Dear Amy: I'm dating a guy whose best friend is a woman. They used to date in high school (we are both in our late 20s now), and she has happily been dating someone else for three years. She and I have been friends for four years, and she introduced me to my boyfriend.
My boyfriend and I didn't start dating until two months ago because I was wary about the friendship between the two. They've never acted as more than friends, but for all I knew there were still feelings pushed way down for either one of them. I finally decided that there weren't feelings between them, and we have been happily dating ever since.
Here's where my problem (or paranoia) comes in. I just found out that another "best friend" couple I know have been secretly hooking up. The woman has been single, but the guy has been in a relationship the whole time. I'm starting to wonder if a guy and girl can be best friends without some sort of "more than friends" feelings being there.
I'm starting to doubt getting into the relationship with my boyfriend in the first place.
I really love the guy I'm with, so please help me out and tell me it is possible for a guy and girl to be best friends without underlying feelings.
PARANOID IN NEBRASKA
Dear Paranoid: It is possible for a guy and girl to be best friends without underlying feelings. For proof of this, do not watch the great film on this subject, "When Harry Met Sally."
I do firmly believe that men and women can be close, long-term friends without having simmering and buried sexual feelings and without cheating on their partners.
Best friends maintain a special status, but everyone in the friendship circle needs to respect the relationship between the couple, especially the couple themselves. After only two months, you two are still dancing on the fringes, but for true intimacy your relationship needs to reside at the center.
I need to point out that you and your guy could cheat on each other at any time and with anyone. But as far as you know, he and his female friend have handled their friendship appropriately for many years. If you're going to start plumbing people's inner lives for long-buried passions, then we're all in trouble.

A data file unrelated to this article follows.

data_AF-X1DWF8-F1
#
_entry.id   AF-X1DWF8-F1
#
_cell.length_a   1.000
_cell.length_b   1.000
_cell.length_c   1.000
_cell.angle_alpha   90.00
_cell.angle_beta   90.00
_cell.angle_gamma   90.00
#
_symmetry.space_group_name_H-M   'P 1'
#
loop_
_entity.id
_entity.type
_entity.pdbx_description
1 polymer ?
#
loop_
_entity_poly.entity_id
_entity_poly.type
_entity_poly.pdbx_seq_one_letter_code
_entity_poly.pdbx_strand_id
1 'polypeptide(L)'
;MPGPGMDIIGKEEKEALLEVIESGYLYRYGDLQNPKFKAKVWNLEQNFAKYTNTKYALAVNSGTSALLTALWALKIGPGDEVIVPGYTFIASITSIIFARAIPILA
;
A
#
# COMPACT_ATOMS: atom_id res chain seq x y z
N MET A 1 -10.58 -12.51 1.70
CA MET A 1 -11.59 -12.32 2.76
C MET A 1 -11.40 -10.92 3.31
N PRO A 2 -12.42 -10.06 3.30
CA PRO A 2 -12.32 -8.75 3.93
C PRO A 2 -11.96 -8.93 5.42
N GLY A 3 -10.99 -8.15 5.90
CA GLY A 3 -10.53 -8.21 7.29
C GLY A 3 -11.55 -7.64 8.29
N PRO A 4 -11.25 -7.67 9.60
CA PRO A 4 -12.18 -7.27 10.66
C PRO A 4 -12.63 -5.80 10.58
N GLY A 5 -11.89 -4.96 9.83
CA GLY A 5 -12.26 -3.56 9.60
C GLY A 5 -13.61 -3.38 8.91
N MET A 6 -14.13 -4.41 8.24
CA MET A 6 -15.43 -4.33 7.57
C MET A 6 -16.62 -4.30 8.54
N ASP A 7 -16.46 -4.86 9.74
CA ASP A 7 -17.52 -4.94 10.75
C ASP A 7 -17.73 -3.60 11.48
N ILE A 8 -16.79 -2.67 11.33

Dear Amy: Several years ago I became acquainted with a woman. I had no interest in developing a friendship, but she pursued one, sending me emails inquiring about my life and inviting me to a few events. All these efforts clearly established that we had nothing in common other than being biped mammals.
Over the years, it became clear that she was full of impractical plans, ideas and actions. I find her extremely irritating. I was able to keep her at bay for a couple of years because my husband was terminally ill, but when he passed away, she stepped up her efforts, most of which I ignored, but accepted a few invitations that ended in utter disaster.
I evaded her for several years, because one of her baffling quirks is changing her email address frequently. However, she tracked me down through a post I made and has contacted me again, wanting to resume what she perceives as "our friendship," which for me is nonexistent.
I don't want to hear from her ever again but am unsure how to say it without being blunt and ugly ("I want nothing to do with you because you're a spineless idiot.") Any suggestions?
Dear Jane: You could be blunt without being ugly. Just reply, "I'm sorry, but I'm not interested in being in touch any longer. I wish you all the best."
Dear Amy: My father is impossible to shop for. He's a great dad. Can you suggest good Father's Day gifts?
Dear Daughter: Anything homemade: A photo album of you and your dad through the years, a bouquet of handpicked flowers in a Mason jar and a card that expresses, sincerely, what a solid gold dad he is.
Happy Father's Day to all the great dads out there - you make the world go round.